C. Britain, France, the Soviet Union and the US
D. France, the Soviet Union, USA
26. It had made huge sacrifices to defeat Nazi Germany, and transformed itself from a backward agricultural country into a world power during the very years when the capitalist world was trapped in the Great Depression. Which country is being mentioned here?
B. Soviet Union
27. An industrial society based on mass production cannot be sustained without …………………..
A. export market
B. international market
C. Mass consumption
D. mass disposal
28. What steps were taken at the Bretton Woods Conference in 1944?
A. discussed how to stabilize world economy
B. decided various measures to fulfill the loss of nations post war
C. Suggested steps for industrial upliftment
D. established the International Monetary Fund (IMF) and International Bank for Reconstruction and Development (popularly known as the World Bank)
29. Which country has an effective right of veto over key IMF and World Bank decisions?
30. Developing countries demanded a new international economic order (NIEO), What purpose did it solve?
A. Real control over natural resources, more development assistance, fairer prices for raw materials, and better access for their manufactured goods in developed countries’ market
B. Fairer prices for raw materials, better exports
C. For better human resource development
D. Manufacture to consumption benefits
31. What brought many countries back into the fold of the world economy in the 20th century?
A. World Bank set new policies
B. Revolution of manufacturing for self in Asia
C. New economic policies in China and the collapse of the Soviet Union and Soviet-style communism
D. New Land and Industrial policies
32. What change did low-cost structure of the Chinese economy, most importantly its low wages bring about?
A. investment by MNCs
B. investment by world bank
C. investment by developing countries
D. investment by super powers
33. Active coastal trade linked the Indus valley civilisations as far back as ……………
A. 3000 BCE
B. 2000 BCE
C. 1000 BCE
D. 2500 BCE
34. What was the currency used for more than a millennia in the ancient trade?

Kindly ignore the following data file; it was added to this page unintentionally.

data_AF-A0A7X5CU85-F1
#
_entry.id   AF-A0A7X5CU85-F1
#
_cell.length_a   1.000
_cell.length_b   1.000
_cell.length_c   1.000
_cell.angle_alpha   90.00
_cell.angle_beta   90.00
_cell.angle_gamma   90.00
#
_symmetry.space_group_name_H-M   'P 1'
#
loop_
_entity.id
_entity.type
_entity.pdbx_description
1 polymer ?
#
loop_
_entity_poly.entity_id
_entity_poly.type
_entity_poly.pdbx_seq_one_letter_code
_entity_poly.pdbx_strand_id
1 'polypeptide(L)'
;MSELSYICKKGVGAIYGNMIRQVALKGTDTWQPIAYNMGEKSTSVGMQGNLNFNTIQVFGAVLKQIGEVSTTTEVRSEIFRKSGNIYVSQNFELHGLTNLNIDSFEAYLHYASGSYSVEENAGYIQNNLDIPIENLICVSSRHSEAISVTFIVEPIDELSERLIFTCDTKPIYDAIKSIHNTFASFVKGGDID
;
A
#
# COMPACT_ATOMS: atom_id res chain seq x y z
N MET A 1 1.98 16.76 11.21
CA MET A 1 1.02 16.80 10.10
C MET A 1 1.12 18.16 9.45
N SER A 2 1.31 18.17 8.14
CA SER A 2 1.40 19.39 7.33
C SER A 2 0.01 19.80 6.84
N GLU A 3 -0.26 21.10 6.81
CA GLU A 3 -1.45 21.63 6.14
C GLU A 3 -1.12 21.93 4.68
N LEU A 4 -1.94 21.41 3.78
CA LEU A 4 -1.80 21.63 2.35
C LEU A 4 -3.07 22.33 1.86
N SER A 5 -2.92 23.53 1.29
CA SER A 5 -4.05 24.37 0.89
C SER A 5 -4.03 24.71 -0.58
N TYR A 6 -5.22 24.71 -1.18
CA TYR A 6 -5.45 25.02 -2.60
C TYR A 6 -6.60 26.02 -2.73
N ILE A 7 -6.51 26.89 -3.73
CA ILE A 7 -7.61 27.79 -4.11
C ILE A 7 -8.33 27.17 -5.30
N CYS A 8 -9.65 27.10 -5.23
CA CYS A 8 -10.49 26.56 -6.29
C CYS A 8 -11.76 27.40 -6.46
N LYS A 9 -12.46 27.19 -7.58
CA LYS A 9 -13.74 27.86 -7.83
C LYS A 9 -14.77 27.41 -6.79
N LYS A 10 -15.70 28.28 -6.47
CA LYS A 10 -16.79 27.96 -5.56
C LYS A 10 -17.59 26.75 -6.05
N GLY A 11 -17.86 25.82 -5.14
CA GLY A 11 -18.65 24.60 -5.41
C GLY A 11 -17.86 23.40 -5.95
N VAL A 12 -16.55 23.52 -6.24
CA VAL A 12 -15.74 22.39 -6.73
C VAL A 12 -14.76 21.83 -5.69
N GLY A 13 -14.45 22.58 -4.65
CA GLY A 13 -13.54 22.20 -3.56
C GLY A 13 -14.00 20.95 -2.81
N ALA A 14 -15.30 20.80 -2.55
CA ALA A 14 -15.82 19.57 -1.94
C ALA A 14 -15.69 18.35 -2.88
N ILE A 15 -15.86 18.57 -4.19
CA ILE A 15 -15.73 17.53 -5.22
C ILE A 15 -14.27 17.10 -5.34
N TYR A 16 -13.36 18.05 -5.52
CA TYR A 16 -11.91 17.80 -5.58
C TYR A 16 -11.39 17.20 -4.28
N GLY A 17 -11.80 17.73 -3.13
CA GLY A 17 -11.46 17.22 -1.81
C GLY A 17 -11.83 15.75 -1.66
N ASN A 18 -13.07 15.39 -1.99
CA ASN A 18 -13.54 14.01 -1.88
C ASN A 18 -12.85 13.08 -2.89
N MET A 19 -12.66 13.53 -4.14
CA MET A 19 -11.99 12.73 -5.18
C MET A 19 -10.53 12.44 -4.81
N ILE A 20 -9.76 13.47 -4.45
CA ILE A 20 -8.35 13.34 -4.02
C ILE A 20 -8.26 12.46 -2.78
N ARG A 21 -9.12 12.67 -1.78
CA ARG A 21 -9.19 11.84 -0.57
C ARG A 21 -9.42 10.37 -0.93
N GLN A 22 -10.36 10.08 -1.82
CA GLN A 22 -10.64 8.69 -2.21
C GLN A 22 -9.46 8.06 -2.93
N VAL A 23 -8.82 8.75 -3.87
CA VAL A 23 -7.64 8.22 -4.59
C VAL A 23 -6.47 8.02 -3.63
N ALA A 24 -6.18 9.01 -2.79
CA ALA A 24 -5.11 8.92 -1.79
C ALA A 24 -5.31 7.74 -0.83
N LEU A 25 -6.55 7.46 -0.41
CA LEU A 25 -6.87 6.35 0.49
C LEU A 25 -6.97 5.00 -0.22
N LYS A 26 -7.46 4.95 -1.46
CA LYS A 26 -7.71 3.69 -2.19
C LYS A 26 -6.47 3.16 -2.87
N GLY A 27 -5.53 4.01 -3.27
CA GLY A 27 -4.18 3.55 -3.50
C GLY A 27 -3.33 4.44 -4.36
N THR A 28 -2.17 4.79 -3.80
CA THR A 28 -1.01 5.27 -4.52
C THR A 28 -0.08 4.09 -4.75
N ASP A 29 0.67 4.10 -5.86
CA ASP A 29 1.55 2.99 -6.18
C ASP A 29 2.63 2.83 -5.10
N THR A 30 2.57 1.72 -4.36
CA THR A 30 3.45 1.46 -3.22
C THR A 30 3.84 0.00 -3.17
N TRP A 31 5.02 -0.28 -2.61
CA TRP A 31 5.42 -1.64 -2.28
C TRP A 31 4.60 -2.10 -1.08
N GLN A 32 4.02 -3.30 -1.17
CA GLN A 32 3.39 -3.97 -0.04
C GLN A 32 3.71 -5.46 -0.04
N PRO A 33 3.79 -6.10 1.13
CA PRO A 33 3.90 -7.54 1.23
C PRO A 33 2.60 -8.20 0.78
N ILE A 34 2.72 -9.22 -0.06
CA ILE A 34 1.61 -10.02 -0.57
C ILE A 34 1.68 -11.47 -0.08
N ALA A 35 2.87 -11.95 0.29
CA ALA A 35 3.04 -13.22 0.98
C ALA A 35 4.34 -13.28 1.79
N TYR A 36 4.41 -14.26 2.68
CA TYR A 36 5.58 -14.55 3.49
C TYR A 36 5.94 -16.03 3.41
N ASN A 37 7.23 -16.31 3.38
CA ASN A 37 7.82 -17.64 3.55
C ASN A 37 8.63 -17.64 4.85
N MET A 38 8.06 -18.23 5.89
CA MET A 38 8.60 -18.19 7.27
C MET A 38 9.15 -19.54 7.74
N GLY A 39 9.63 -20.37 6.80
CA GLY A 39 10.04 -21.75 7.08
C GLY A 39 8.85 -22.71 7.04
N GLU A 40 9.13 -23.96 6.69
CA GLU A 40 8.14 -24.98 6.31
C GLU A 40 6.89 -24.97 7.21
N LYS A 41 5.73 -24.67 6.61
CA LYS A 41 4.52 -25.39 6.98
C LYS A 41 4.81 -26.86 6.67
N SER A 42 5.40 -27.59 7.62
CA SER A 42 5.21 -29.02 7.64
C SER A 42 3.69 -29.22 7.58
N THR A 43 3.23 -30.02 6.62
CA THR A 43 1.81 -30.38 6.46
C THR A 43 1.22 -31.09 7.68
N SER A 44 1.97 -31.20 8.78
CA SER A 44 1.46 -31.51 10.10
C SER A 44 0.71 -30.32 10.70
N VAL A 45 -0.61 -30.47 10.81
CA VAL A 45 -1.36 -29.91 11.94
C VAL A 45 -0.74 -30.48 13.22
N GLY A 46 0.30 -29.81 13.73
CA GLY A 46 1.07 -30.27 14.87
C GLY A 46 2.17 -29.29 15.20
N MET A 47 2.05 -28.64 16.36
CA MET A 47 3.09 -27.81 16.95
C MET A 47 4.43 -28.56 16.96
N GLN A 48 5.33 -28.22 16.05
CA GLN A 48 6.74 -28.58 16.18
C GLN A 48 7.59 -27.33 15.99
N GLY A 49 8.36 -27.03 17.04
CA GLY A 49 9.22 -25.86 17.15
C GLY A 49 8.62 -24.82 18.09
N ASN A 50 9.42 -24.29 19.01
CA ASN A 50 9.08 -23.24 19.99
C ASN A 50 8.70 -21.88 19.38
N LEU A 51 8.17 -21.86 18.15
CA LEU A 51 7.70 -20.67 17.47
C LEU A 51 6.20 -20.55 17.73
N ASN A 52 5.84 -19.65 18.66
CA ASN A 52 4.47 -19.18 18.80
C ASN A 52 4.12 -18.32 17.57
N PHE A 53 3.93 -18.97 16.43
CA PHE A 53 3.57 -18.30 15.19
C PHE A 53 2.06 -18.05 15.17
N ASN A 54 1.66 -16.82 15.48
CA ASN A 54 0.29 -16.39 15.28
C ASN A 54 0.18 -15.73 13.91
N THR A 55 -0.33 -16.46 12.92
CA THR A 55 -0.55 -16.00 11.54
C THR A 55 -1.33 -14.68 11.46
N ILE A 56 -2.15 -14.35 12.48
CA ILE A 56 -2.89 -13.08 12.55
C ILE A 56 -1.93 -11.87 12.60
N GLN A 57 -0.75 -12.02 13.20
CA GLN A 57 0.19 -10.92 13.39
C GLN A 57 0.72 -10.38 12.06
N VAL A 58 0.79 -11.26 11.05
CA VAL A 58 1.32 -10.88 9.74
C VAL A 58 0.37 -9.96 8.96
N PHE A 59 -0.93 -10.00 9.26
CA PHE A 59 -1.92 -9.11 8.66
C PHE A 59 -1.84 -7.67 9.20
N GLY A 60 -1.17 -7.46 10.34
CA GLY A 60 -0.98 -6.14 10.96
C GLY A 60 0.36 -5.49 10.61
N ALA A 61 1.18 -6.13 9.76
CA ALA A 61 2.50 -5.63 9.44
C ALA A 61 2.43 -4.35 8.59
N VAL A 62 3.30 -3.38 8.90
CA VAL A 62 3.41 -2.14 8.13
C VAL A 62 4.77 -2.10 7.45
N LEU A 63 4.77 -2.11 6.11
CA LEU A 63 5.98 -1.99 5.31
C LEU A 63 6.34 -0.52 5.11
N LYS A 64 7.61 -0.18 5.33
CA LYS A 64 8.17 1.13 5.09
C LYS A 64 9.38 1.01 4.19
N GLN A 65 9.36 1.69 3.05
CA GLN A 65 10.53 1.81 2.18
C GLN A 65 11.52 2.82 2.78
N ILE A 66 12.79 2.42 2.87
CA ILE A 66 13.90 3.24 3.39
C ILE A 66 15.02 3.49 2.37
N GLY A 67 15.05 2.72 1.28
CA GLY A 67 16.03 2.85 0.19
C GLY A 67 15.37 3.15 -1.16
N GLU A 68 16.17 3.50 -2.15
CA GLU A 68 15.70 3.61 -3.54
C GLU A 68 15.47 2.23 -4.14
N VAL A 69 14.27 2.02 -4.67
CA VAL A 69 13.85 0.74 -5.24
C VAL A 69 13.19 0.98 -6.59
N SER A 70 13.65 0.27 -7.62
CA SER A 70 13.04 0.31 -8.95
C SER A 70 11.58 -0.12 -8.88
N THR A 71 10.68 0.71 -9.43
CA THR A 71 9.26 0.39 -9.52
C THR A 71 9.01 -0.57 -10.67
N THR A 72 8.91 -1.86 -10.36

B. Paper notes
D. No currency, barter system
35. What is meant by the ‘Silk Routes”?
A. points to the importance of West-bound Chinese silk cargoes travelling on the various routes
B. import – export of silk
C. Asian routes used
D. routes used in and out of Asia
36. Which were these routes that were identified by the historians?
A. Between only Asia and Europe
B. over land and by sea, knitting together vast regions of Asia, and linking Asia with Europe and northern Africa.
C. only sea routes through Asia, Europe, Africa
D. only land routes through Asia and Europe
37. What exchange did Europe return to Asia in the form of trade?
A. gold and silver – flowed from Europe to Asia
B. currency came from Europe
D. barter system of different goods
38. Which foods were introduced in Europe and Asia after Christopher Columbus discovered America?
A. potatoes, soya, groundnuts, maize, tomatoes, chillies, sweet potatoes
C. wheat and rice
39. Europe’s poor began to eat better and live longer with the introduction of the humble …………….
40. Which goods from the American continent enhanced Europe’s wealth and financed its trade with Asia after its discovery in the 16th century?
A. food products
B. cash crops
C. Precious metals, particularly silver
D. pottery and arts
41. What was South America’s El Dorado fabled as in the 17th century?
A. the trade city
B. city of gold
C city of merchants
D. the beautiful city
42. Which disease travelled from Europe to America and was responsible for mass deaths of the original inhabitants of America?
B. Hay fever
43. Who said that smallpox signalled God’s blessing for the colonists: ‘… the natives … were neere (near) all dead of small Poxe (pox), so as the Lord hathe (had) cleared our title to what we possess”
A. Alfred Crosby
B. John Winthorp, the first governor of the Massachusetts
C. Christopher Columbus
D. Michael Fitzgerald
44. Who was a Dissenter ?
A. believer in all religious practices
C. follower of religion and politics
D. One who refuses to accept established beliefs and practices
45. Until well into the eighteenth century, which two countries were among the world’s richest countries?
A. England and America
B. China and India
C. Africa and England
D. America and Africa
46. Later which subcontinent became the centre of the world trade?
47. Identify three types of movement or ‘flows’ within international economic exchanges in the 19th century?
A. trade in goods, flow of labour- the migration of people in search of employment, movement of capital for investment
B. trade in goods, type of transport movement, flow of labour
C. slave trade, trade in goods, capital investment
D. trade in goods, type of transport movement, slave trade
48. What were the “corn laws” about in Britain in the late 18th century?
A. more corn to be imported due to increase in population
B. duties on imported corn
C. pushing up the prices of corn in the country
D. restriction made on the import of corn
49. In the mid 19th century, which countries became involved in food production to meet the British demand?
A. India, China, Russia, America
B. China, Russia, America
C. Eastern Europe, Russia, America and Australia
D. India and China
50. Where was the demand for labour more, that led to more migration?
B. America and Australia
More Related MCQs and Answers (Class-10 History)
|Chapter 1: The Rise of Nationalism in Europe|
|Chapter 2: The Nationalist Movement in Indo-China|
|Chapter 3: Nationalism in India|
|Chapter 4: The Making of Global World|
|Chapter 5: The Age of Industrialisation|
|Chapter 6: Work, Life and Leisure|
|Chapter 7: Print Culture and the Modern World|
|Chapter 8: Novels, Society and History|